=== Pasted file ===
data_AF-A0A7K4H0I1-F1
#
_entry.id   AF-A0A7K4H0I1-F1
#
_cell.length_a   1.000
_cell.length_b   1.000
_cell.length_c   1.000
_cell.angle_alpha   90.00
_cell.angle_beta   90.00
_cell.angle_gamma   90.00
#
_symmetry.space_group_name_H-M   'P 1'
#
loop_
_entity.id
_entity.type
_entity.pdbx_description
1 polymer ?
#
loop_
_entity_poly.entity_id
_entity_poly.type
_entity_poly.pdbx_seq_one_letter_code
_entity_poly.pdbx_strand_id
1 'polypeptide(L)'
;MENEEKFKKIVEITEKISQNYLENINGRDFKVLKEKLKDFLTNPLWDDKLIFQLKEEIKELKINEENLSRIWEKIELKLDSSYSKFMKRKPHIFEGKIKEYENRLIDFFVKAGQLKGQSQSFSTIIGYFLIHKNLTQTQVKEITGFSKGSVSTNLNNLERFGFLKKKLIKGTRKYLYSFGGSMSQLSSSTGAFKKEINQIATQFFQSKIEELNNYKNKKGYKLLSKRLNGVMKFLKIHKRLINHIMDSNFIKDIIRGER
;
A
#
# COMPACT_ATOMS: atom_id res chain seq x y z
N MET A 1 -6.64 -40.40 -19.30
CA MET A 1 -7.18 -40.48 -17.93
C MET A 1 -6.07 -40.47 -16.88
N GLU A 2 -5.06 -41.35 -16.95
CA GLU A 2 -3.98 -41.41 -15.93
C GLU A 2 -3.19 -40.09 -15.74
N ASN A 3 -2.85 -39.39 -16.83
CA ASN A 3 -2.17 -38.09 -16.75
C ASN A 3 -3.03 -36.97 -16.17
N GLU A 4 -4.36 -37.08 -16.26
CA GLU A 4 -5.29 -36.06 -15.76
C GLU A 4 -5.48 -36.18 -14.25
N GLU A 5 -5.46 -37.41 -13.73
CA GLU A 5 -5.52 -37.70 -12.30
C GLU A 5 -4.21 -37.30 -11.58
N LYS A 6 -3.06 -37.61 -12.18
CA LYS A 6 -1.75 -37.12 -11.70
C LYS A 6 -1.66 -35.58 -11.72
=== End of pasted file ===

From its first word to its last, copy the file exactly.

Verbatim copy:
data_AF-A0A7K4H0I1-F1
#
_entry.id   AF-A0A7K4H0I1-F1
#
_cell.length_a   1.000
_cell.length_b   1.000
_cell.length_c   1.000
_cell.angle_alpha   90.00
_cell.angle_beta   90.00
_cell.angle_gamma   90.00
#
_symmetry.space_group_name_H-M   'P 1'
#
loop_
_entity.id
_entity.type
_entity.pdbx_description
1 polymer ?
#
loop_
_entity_poly.entity_id
_entity_poly.type
_entity_poly.pdbx_seq_one_letter_code
_entity_poly.pdbx_strand_id
1 'polypeptide(L)'
;MENEEKFKKIVEITEKISQNYLENINGRDFKVLKEKLKDFLTNPLWDDKLIFQLKEEIKELKINEENLSRIWEKIELKLDSSYSKFMKRKPHIFEGKIKEYENRLIDFFVKAGQLKGQSQSFSTIIGYFLIHKNLTQTQVKEITGFSKGSVSTNLNNLERFGFLKKKLIKGTRKYLYSFGGSMSQLSSSTGAFKKEINQIATQFFQSKIEELNNYKNKKGYKLLSKRLNGVMKFLKIHKRLINHIMDSNFIKDIIRGER
;
A
#
# COMPACT_ATOMS: atom_id res chain seq x y z
N MET A 1 -6.64 -40.40 -19.30
CA MET A 1 -7.18 -40.48 -17.93
C MET A 1 -6.07 -40.47 -16.88
N GLU A 2 -5.06 -41.35 -16.95
CA GLU A 2 -3.98 -41.41 -15.93
C GLU A 2 -3.19 -40.09 -15.74
N ASN A 3 -2.85 -39.39 -16.83
CA ASN A 3 -2.17 -38.09 -16.75
C ASN A 3 -3.03 -36.97 -16.17
N GLU A 4 -4.36 -37.08 -16.26
CA GLU A 4 -5.29 -36.06 -15.76
C GLU A 4 -5.48 -36.18 -14.25
N GLU A 5 -5.46 -37.41 -13.73
CA GLU A 5 -5.52 -37.70 -12.30
C GLU A 5 -4.21 -37.30 -11.58
N LYS A 6 -3.06 -37.61 -12.18
CA LYS A 6 -1.75 -37.12 -11.70
C LYS A 6 -1.66 -35.58 -11.72